World History by Continent Teacher Resources
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Prior to beginning a world history unit, introduce your class members to the essential questions and information included in the unit with a series of interactive learning games. Thirty-four topics are covered, from the Foundations of Civilization, through Life in the Industrial Age, to the World Today.
Linking Important Geographic Sites To World History
Ninth graders examine the importance of geography as it relates to significant events or periods in world history, especially that which pertains to Europe and the United States. They access websites imbedded in this plan to do their research.
New! World History Pre-Assessment
What do the members of your class already know about world history? This is a fabulous pre-assessment that will illustrate the varying levels of general world history knowledge among your young historians that you can use to inform your instruction accordingly. Questions involve a range of ideas, from correctly placing important persons and events within the appropriate time frame to listing religions of the world. Tip: Include some time for learners to list as many other world history facts or insights they can recall.
World War I WebQuest
Learners reflect on the events before, during and after World War I. For this World History lesson, students complete a WebQuest that focuses specifically on the key events of World War I.
World History: Chronology
Students examine periods of time throughout world history. For this time chronology lesson plan, students read and create time lines. Students complete a variety of activities involving the ordering of events in time.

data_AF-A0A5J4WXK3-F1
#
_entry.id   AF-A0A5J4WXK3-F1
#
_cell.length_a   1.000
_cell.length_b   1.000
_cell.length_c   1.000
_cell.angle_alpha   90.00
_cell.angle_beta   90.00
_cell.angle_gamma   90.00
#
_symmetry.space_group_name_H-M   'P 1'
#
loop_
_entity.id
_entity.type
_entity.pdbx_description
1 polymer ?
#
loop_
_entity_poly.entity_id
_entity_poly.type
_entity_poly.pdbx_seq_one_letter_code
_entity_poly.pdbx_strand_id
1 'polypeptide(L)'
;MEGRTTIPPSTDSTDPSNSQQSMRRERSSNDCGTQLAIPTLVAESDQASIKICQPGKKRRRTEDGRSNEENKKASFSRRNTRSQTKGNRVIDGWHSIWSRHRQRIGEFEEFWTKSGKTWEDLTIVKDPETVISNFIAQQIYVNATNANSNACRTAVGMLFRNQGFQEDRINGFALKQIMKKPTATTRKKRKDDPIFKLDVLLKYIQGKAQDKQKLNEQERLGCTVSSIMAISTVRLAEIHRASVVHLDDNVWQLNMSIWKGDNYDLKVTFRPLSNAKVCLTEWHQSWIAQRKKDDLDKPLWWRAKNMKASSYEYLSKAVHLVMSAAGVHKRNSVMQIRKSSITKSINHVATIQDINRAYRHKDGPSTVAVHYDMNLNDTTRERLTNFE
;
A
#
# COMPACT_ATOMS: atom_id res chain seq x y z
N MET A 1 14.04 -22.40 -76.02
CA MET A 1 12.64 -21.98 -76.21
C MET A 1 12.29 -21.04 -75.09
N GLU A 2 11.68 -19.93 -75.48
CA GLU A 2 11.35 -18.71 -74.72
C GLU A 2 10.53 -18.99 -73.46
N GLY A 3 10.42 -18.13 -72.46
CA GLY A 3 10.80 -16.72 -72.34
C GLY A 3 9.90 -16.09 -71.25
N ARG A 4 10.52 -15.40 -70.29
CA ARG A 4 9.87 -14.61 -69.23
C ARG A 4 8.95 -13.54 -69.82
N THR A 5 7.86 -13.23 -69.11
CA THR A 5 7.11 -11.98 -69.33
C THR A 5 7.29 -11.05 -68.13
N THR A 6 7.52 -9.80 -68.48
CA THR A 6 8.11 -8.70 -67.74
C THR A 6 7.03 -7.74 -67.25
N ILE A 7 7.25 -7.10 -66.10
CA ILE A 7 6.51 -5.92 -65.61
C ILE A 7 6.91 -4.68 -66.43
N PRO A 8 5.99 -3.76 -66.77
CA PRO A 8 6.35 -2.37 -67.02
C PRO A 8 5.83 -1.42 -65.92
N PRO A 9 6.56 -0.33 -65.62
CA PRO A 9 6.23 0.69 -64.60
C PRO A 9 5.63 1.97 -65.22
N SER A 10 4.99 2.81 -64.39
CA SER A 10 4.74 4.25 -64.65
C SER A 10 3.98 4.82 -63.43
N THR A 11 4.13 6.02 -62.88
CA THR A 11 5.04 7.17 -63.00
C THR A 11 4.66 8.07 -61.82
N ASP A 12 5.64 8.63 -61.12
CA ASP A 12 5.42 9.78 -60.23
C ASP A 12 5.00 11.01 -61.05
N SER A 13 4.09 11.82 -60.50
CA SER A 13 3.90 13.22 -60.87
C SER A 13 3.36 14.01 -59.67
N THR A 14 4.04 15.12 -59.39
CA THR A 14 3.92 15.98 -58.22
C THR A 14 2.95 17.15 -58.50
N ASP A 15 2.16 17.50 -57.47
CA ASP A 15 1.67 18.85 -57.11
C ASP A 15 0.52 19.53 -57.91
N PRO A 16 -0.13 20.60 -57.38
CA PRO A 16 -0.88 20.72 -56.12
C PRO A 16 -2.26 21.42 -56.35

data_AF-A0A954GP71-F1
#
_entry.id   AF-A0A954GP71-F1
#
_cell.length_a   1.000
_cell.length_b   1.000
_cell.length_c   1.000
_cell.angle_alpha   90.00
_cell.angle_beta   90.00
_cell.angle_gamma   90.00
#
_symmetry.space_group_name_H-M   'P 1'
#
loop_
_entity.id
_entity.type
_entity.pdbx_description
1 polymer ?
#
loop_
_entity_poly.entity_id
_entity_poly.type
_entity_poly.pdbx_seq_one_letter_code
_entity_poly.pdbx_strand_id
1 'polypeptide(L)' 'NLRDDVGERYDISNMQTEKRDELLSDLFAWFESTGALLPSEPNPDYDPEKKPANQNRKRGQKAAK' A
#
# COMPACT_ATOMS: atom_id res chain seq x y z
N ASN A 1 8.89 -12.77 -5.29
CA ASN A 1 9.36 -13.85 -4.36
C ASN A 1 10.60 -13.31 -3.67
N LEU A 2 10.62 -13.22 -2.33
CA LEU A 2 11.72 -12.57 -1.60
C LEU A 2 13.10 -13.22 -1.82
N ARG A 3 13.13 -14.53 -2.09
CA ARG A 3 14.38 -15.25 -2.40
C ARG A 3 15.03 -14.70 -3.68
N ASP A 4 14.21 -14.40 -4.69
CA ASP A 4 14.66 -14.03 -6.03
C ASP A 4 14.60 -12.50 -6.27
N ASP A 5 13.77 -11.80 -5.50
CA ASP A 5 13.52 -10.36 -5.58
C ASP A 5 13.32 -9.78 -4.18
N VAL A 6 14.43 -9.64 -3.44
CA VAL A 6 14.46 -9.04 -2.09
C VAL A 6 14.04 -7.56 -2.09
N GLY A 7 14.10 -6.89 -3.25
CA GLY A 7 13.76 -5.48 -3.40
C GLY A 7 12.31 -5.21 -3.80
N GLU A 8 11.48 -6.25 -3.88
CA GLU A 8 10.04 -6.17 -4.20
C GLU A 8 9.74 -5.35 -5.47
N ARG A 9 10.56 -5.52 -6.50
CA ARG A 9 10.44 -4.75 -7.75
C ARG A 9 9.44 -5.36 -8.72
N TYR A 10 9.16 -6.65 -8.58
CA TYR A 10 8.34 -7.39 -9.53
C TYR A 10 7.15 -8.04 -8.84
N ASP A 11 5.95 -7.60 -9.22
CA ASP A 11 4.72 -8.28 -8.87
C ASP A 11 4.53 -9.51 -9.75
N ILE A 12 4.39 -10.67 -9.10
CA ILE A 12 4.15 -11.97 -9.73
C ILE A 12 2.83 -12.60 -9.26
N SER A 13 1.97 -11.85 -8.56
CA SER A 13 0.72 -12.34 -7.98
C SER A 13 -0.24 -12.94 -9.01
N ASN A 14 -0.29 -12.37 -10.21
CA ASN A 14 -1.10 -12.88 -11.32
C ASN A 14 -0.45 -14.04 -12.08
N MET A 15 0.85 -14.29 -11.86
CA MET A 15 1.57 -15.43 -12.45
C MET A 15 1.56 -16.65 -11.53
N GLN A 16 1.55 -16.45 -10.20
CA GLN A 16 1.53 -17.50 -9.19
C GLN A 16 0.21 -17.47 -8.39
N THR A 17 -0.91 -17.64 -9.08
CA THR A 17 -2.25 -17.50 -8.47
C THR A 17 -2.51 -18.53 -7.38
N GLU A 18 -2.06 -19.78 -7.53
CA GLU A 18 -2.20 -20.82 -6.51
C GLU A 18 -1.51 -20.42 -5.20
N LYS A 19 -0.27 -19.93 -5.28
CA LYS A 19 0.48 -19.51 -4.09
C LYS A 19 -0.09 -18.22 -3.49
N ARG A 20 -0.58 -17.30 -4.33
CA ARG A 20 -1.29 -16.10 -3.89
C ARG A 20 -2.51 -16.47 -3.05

Students research five hundred years of social, economic, territorial, and political history in South Africa, with a focus on the apartheid system. They present their research in the form of a timeline.
Harvesting the New World: Changing Land Uses and Contact Between Cultures in Colonial Times
Ninth graders differentiate the Native American and European values. In this world history instructional activity, 9th graders define colonialism in their own words. They study the effects of epidemics and other diseases to Native American populations.
Jerusalem: History of the Holy Land
Ninth graders study Jerusalem's long history. In this World History lesson, 9th graders create a 10-minute newscast based on a pre-1950 event in Jerusalem.
Life in a box: world history content
Students explore 6 boxes of stuff about famous people in history including Martin Luther King Jr., Peter the Great, Henry VIII, and more. In this history lesson plan, students then discuss their boxes with the rest of the class.
Famous Structures of World History
Eighth graders explore civilizations of the world. In this architecture lesson, 8th graders investigate multimedia sources in order to examine famous structures of the world. Links are provided to Library of Congress primary sources as well as other files and documents.
Tenth graders reflect on the effects of the Holocaust and the events leading up to World War II. In this World History lesson, 10th graders complete several activities, including a WebQuest, that analyze the Holocaust and its repercussions.